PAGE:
For some reason, they don't get the fact that Dunn is not Kingman. Well, he may be in terms of defense and Ks but he is much more consistent at the plate and has a great OBP every single year. I'd still give up Parnell and prospects for him right now.
    A few days ago I was opposed to giving up on this season but the new reports on Reyes and Beltran make it obvious that by the time they return this season will be out of reach. So you are right: trade away. But not Church, who I think would be a good fit on a good team which the Mets could be next year. And I also think Hudson is overrated and honestly I'd love to keep Cora as a supersub for next year since I doubt you'd get much in return. But Livian, Sheffield, Castillo, Schneider, everyone else can go.

  • Anonymous

    Pardon me, but the notion that, assuming that everything else about the season to this point being unchanged, having Adam Dunn puts us in first place is ludicrous.
    Even if you assume that Dunnls production would be the same, having him doesn't counterbalance the astonishingly incompetent level of play displayed thus far.
    It seems to me that I remember Bill James demonstrating pretty conclusively in the '80s that one player, no matter how good, makes a difference of no more than 2 or 3 games over the course of a season,and my recollection is that that was in the context of discussing *great* players…which Adam Dunn is not.

  • Anonymous

    Jerry's not going anywhere either. Not for at least another year. And if he gets fired now, Sandy Alomar is your manager. Nothing much changes. They're not going to fire the manager AND all the coaches AND the GM AND every other key person in the front office simultaneously. No team ever does that. I don't know why anyone would even consider that within the realm of possibility.
    This is a mostly veteran team. Nobody's going to “kick their butts.” Why? The manager has NO leverage, ZERO, when almost everyone is on a guaranteed contract. Jerry is no dumber a field manager than Bobby Cox, and Cox isn't going anywhere either. About the only thing a manager can do to screw up a team that badly is to be an elbow-grinder with the starting staff a la Dusty Baker. (Jerry is following the Cox model pretty much exactly: baby your starters and your closer, work the crap out of your middle relievers.) That, and treat your veteran players like children, to the point where they actually point and laugh at you.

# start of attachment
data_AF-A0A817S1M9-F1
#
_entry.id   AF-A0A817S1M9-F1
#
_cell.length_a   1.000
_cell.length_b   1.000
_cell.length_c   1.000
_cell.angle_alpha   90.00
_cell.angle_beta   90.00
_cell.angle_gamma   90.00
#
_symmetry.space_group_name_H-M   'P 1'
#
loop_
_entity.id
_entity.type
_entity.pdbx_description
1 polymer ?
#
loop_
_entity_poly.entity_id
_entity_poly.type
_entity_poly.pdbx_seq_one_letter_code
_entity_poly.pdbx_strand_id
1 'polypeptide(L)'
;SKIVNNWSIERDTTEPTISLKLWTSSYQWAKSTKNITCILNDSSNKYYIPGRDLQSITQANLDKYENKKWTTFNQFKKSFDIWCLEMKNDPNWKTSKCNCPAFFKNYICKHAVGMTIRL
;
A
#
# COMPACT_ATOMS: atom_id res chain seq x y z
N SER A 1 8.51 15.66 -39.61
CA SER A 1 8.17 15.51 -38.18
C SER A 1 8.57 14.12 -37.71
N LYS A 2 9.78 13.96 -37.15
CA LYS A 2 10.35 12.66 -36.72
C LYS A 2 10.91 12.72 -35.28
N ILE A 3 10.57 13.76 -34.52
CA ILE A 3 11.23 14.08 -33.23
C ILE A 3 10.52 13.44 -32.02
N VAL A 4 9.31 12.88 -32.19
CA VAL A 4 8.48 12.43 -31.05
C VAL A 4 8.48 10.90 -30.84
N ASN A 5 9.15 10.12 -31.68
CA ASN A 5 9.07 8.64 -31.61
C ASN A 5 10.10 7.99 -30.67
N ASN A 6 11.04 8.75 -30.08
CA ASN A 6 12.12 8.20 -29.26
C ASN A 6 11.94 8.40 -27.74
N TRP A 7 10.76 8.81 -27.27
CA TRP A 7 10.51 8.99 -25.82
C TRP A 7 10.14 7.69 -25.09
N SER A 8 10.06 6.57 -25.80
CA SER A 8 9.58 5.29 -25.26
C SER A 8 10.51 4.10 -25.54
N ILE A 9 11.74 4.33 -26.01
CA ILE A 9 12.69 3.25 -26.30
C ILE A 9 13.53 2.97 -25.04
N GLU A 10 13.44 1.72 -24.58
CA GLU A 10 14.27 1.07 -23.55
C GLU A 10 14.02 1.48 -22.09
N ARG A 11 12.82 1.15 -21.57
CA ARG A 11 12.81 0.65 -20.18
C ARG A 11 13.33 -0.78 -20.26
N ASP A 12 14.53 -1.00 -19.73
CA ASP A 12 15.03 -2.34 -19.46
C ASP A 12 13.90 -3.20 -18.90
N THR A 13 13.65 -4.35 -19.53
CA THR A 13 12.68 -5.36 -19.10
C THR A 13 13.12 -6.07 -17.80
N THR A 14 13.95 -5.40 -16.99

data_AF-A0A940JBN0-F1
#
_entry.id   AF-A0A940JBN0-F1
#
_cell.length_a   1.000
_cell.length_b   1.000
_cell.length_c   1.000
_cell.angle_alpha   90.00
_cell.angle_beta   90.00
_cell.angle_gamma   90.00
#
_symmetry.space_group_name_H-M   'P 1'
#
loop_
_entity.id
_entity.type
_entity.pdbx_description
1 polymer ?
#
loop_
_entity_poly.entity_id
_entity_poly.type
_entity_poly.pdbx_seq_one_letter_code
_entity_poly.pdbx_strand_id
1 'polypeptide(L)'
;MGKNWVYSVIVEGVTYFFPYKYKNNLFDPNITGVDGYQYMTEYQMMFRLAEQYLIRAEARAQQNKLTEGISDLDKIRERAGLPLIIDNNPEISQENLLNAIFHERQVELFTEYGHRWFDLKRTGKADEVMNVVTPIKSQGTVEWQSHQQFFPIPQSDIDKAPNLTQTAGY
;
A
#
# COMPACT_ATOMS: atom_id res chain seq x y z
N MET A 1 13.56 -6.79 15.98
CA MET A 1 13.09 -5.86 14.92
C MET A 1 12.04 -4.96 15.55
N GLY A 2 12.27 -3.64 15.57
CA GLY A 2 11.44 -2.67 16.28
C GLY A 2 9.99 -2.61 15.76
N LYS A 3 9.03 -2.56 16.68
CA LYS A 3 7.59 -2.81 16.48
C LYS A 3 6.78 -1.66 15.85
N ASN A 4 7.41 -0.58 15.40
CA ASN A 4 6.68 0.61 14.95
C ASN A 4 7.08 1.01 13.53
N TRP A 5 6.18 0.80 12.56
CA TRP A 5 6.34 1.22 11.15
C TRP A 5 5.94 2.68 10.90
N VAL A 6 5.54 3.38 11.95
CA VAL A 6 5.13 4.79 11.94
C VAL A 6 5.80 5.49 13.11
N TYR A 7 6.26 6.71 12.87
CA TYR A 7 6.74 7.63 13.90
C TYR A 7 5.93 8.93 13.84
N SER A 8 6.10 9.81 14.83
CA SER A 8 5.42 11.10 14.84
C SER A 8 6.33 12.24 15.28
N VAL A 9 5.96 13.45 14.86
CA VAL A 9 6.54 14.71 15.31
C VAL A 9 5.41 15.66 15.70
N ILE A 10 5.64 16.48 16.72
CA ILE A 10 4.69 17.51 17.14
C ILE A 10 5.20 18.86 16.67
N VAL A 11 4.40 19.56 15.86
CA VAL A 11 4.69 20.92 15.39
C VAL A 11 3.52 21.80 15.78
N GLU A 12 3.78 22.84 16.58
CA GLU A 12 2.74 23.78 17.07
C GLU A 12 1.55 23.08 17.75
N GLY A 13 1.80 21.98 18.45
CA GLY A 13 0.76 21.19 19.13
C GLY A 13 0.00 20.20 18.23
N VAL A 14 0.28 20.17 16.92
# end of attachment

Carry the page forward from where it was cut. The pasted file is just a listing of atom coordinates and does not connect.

If you want them to play better, you get them help so they're not pressing to the point where their heads are about to explode. I'm not opposed to getting decent prospects for Schneider, Church, et al, but I certainly wouldn't give them away for nothing. And right now everybody wants something for nothing.

  • Anonymous

    Word. No one outside the handful you mentioned should be untouchable. But Omar's been bad at making the small moves for roster depth, as my man Cannotar discusses here:
    http://sheahey.blogspot.com/2009/07/everybody-loves-parnell.html

  • Anonymous

    When you look at Dunn's HR, RBI and OBP totals for this year, he is indeed having a great year–and on a crappy team. Despite what James says, it's entirely plausible for a team that has struggled so much offensively, that having Dunn's stats instead of Tatis/Murphy/Evans would have resulted in three more wins. Go back and see how many games they came up short by a run or two. And that having Dunn protect Wright, both in the lineup and psychologically in terms of shouldering the burden after Beltran went down, would have helped Wright (and all the other hitters in the Mets lineup), providing another couple of wins. And, voila, first place. Not entirely ludicrous at all.